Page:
There is also the sense manufacturers will look to overhaul their supply chains, placing less reliance on a single manufacturing centre, like China, in favour of a diversification of sources.

4th March 2020

Do you know what’s happening with Chinese shore-side logistics?


With the world approaching lockdown as the coronavirus continues to spread out the potential impact is set to last the rest of this year. Supply chains are already reeling from the disruption the virus has caused after the Chinese authorities extended the Chinese New Year to avoid unnecessary close human contact.

With factories and offices shuttered for over a month, city streets devoid of people, truck-free highways and ports clogged with empty shipping containers, the reduction in economic activity output has led business advisory firm Fitch BMI to cut its 2020 GDP growth forecast for China to 5.6 percent.

Strict quarantine measures have hit China’s transport industry, especially its trucking sector. Hubei, where the coronavirus was first discovered in the provincial capital, Wuhan, has been virtually isolated from the rest of China with shipping halted along the Yangtze river and few freight movements by road.

As most truck drivers working in coastal provinces in central and southern China come from inland provinces such as Hubei, the quarantine measures have had a knock-on effect in key ports such as Shanghai and Ningbo.

Speaking immediately after the end of the extended New Year holiday in mid-February, one senior logistics industry executive said the trucking situation in Ningbo was “critical” with only 10-20 percent of trucks available in mid-February because the city was in partial lockdown. The trucker shortage has slowly improved since then, although ports from Ningbo to Qingdao and Tianjin remain jammed with containers leasing shipping lines to impose congestion charges.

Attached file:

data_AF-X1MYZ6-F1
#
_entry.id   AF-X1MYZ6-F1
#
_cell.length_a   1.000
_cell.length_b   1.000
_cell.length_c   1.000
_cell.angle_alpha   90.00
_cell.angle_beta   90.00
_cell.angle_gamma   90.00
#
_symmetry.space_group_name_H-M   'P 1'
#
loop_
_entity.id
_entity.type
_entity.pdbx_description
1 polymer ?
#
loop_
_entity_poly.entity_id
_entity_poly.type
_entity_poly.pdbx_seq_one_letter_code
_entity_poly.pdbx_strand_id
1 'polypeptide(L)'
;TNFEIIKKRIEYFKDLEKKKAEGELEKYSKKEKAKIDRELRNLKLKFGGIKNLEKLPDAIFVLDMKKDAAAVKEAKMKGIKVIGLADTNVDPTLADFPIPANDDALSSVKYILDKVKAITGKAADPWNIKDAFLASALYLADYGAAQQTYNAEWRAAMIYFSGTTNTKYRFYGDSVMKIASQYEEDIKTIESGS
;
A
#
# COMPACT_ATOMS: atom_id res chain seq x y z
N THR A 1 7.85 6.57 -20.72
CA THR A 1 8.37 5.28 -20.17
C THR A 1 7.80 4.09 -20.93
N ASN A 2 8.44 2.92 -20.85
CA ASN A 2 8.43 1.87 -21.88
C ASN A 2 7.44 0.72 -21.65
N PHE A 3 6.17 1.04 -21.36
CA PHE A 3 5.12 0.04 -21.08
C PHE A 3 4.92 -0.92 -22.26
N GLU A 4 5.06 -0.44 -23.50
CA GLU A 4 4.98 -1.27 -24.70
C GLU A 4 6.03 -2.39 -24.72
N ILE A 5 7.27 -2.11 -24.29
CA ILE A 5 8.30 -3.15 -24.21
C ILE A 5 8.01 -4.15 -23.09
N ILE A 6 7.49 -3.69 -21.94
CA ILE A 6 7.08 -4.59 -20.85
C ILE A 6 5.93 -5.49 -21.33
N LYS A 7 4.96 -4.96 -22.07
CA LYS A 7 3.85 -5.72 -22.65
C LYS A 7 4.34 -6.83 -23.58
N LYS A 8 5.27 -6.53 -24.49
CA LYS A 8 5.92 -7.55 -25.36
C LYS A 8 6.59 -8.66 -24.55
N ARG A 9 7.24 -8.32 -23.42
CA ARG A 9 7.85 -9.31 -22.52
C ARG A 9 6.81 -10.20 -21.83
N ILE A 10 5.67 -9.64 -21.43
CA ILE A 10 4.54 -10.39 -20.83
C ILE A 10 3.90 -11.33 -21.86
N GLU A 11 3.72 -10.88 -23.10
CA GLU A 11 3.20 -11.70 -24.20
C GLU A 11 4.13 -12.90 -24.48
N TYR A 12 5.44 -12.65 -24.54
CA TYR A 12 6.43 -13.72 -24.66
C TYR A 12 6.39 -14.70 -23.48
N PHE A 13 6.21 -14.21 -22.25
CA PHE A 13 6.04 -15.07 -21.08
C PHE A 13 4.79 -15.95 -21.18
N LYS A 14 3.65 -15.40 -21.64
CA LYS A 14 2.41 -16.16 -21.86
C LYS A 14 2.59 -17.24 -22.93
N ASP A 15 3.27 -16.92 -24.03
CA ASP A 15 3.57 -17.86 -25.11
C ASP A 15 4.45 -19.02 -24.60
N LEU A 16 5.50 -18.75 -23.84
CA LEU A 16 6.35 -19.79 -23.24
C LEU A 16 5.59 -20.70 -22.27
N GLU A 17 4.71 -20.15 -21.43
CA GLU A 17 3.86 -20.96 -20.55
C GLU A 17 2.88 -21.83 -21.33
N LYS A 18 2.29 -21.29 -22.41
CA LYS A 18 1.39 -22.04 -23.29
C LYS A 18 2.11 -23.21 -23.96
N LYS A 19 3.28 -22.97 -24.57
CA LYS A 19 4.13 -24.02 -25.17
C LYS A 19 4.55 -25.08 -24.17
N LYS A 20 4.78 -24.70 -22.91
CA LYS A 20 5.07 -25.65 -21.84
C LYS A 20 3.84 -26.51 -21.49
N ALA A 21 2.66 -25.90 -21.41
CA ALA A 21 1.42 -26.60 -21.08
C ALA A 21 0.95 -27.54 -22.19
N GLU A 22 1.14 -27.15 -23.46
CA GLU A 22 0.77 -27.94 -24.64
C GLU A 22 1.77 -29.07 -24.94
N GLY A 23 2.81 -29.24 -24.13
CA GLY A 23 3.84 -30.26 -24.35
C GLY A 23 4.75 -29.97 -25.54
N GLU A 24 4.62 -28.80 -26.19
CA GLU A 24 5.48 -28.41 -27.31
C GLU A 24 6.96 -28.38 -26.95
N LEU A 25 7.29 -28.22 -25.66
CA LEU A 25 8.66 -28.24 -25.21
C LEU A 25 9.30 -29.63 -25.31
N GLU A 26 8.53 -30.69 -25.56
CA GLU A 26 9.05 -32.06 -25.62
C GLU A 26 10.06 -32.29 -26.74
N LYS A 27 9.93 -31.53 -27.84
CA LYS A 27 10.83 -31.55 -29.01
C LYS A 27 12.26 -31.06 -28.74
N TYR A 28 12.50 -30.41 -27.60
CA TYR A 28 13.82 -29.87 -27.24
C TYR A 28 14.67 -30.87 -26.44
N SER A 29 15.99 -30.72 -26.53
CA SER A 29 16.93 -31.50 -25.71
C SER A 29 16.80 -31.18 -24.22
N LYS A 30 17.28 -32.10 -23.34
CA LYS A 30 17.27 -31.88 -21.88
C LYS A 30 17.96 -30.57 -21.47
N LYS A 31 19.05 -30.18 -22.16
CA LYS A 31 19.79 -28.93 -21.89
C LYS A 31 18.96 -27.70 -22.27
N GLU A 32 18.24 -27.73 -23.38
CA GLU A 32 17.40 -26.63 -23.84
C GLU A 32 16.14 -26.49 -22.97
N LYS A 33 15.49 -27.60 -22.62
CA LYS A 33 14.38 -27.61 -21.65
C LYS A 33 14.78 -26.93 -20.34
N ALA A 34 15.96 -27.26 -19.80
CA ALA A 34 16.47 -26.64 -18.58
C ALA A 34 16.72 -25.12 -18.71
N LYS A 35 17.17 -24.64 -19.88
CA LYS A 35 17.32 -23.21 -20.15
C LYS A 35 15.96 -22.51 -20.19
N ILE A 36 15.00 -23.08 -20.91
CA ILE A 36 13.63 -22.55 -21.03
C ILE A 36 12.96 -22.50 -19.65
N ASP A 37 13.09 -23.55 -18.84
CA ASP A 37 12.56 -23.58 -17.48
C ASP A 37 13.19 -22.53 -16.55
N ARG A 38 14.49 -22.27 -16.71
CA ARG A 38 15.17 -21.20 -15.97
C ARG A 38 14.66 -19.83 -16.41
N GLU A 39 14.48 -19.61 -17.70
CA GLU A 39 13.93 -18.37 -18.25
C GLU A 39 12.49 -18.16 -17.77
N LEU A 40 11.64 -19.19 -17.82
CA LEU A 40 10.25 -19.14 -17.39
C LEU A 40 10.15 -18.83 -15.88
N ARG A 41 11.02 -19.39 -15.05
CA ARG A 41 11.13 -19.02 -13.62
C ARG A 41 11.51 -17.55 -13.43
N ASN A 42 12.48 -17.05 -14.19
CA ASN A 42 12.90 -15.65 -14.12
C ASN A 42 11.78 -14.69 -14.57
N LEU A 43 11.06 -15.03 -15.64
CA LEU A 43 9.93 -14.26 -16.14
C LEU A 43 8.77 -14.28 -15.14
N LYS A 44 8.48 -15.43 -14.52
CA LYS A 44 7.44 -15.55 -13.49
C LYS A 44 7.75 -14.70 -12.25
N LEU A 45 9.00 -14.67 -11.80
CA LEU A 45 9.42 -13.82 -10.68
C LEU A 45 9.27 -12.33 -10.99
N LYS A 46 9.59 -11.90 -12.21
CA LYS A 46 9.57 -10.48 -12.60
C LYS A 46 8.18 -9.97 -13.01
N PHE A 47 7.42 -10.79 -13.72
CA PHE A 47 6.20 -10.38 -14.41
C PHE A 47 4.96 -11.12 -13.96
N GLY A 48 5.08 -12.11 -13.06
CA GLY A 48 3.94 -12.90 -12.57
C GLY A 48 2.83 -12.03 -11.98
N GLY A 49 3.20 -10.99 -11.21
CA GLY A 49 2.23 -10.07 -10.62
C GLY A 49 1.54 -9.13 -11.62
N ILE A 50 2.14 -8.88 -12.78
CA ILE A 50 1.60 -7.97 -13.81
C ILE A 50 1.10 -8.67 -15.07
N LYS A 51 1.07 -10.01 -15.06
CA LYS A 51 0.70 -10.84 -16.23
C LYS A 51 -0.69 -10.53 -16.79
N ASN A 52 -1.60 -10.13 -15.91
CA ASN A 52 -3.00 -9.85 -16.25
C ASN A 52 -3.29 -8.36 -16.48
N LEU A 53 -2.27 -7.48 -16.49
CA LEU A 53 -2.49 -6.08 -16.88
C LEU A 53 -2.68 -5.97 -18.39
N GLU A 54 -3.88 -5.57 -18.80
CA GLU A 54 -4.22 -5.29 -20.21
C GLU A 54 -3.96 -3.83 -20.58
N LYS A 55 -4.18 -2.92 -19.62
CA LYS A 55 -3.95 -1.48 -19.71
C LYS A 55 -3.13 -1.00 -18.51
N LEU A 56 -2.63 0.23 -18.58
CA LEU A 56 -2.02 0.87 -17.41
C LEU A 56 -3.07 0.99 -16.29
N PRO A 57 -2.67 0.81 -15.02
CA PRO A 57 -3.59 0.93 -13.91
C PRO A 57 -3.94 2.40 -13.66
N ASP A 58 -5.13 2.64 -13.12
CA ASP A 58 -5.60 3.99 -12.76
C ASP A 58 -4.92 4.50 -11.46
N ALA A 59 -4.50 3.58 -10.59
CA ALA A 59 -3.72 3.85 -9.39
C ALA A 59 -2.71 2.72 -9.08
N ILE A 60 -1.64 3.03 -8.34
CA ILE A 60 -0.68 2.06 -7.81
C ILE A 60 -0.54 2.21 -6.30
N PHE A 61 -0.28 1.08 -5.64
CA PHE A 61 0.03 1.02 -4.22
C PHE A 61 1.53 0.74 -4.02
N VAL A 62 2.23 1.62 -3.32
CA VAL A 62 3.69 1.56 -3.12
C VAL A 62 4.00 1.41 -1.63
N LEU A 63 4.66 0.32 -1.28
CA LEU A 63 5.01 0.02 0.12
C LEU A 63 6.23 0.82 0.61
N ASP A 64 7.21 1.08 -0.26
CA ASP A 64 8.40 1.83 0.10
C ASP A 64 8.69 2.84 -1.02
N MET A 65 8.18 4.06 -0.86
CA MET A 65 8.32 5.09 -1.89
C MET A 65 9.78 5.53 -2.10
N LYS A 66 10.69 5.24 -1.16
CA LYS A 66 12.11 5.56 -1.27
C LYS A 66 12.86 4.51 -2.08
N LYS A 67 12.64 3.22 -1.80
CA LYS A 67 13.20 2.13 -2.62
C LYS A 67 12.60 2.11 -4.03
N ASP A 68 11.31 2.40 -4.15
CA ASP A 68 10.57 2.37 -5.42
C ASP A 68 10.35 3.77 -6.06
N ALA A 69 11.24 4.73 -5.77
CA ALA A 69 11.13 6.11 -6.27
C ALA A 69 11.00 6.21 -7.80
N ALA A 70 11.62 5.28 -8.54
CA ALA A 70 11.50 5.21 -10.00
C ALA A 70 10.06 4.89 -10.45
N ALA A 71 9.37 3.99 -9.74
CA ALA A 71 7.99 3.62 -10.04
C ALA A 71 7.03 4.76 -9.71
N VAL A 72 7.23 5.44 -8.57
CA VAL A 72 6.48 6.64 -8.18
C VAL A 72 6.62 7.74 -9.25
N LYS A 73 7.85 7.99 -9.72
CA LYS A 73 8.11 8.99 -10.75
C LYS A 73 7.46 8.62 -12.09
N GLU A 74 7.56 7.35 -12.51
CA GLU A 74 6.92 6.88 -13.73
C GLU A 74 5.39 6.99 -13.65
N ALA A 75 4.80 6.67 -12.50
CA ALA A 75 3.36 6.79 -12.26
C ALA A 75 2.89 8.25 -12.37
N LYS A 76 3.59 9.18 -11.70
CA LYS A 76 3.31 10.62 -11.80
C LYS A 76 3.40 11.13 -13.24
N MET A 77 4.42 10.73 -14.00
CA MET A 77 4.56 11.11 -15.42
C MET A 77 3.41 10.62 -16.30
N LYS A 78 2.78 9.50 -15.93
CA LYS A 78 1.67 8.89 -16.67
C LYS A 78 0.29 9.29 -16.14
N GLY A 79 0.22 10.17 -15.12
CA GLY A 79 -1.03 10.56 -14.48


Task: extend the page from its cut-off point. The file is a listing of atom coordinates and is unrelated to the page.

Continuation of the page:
Maersk Line, the world’s largest container shipping line, said “trucking capacity in China remains a key challenge due to local policies and restrictions”.

The transport challenges coupled with staffing issues have resulted in force majeure being declared by Chinese buyers on a raft of commodities including copper and liquefied natural gas with China among the world’s biggest buyers. Force majeure allows for the cancellation or delay of contracts due to natural disasters or unforeseen catastrophes. Media reports say Chinese copper traders have asked for shipments of the metal from Chile and Nigeria to be suspended.

Fitch BMI said force majeure could also be extended to China’s oil and gas industry with the country’s fabrication yards unable to fulfil export orders for drilling rigs and engineering components because of the transport restrictions.

Neither is there likely to be a short-term fix to the transport issues assailing China with Fung Business Research, the advisory arm of the Hong Kong-based manufacturing and trading company, saying it would be May or June before the virus outbreak in China is contained.


8th October 2019

Iran Sanctions

China Sanctions


The US Government is continuing its efforts to isolate Iran.

Last week, some more “high-profile” Chinese shipping companies were added to the list of Specially Designated Nationals (SDNs). The sanctioned parties include subsidiaries and their executives of COSCO Shipping Corporation Ltd 中国远洋海运集团有限公司.